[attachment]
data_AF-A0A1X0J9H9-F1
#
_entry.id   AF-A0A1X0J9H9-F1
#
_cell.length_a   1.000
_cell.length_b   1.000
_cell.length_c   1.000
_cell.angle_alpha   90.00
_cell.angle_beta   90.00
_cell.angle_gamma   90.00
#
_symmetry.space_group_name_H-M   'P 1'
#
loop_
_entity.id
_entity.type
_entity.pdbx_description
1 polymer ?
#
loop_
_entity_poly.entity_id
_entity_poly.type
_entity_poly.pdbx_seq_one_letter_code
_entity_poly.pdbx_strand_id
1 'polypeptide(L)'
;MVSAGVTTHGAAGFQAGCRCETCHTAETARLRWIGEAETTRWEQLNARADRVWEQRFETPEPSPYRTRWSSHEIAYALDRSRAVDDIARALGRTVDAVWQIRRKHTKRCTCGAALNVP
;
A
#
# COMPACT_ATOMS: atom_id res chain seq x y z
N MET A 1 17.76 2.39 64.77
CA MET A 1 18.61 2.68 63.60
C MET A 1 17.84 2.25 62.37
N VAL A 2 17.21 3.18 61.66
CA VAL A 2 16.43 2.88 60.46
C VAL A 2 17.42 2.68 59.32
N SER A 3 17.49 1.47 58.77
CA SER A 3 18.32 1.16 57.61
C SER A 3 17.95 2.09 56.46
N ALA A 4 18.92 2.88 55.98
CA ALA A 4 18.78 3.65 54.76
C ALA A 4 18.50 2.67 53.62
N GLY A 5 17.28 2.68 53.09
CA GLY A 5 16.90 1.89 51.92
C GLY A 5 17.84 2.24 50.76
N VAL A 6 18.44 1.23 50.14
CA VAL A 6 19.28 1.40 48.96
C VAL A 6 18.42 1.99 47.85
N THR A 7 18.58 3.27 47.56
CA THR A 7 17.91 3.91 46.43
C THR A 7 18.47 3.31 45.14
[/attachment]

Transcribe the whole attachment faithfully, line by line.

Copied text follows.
data_AF-A0A1X0J9H9-F1
#
_entry.id   AF-A0A1X0J9H9-F1
#
_cell.length_a   1.000
_cell.length_b   1.000
_cell.length_c   1.000
_cell.angle_alpha   90.00
_cell.angle_beta   90.00
_cell.angle_gamma   90.00
#
_symmetry.space_group_name_H-M   'P 1'
#
loop_
_entity.id
_entity.type
_entity.pdbx_description
1 polymer ?
#
loop_
_entity_poly.entity_id
_entity_poly.type
_entity_poly.pdbx_seq_one_letter_code
_entity_poly.pdbx_strand_id
1 'polypeptide(L)'
;MVSAGVTTHGAAGFQAGCRCETCHTAETARLRWIGEAETTRWEQLNARADRVWEQRFETPEPSPYRTRWSSHEIAYALDRSRAVDDIARALGRTVDAVWQIRRKHTKRCTCGAALNVP
;
A
#
# COMPACT_ATOMS: atom_id res chain seq x y z
N MET A 1 17.76 2.39 64.77
CA MET A 1 18.61 2.68 63.60
C MET A 1 17.84 2.25 62.37
N VAL A 2 17.21 3.18 61.66
CA VAL A 2 16.43 2.88 60.46
C VAL A 2 17.42 2.68 59.32
N SER A 3 17.49 1.47 58.77
CA SER A 3 18.32 1.16 57.61
C SER A 3 17.95 2.09 56.46
N ALA A 4 18.92 2.88 55.98
CA ALA A 4 18.78 3.65 54.76
C ALA A 4 18.50 2.67 53.62
N GLY A 5 17.28 2.68 53.09
CA GLY A 5 16.90 1.89 51.92
C GLY A 5 17.84 2.24 50.76
N VAL A 6 18.44 1.23 50.14
CA VAL A 6 19.28 1.40 48.96
C VAL A 6 18.42 1.99 47.85
N THR A 7 18.58 3.27 47.56
CA THR A 7 17.91 3.91 46.43
C THR A 7 18.47 3.31 45.14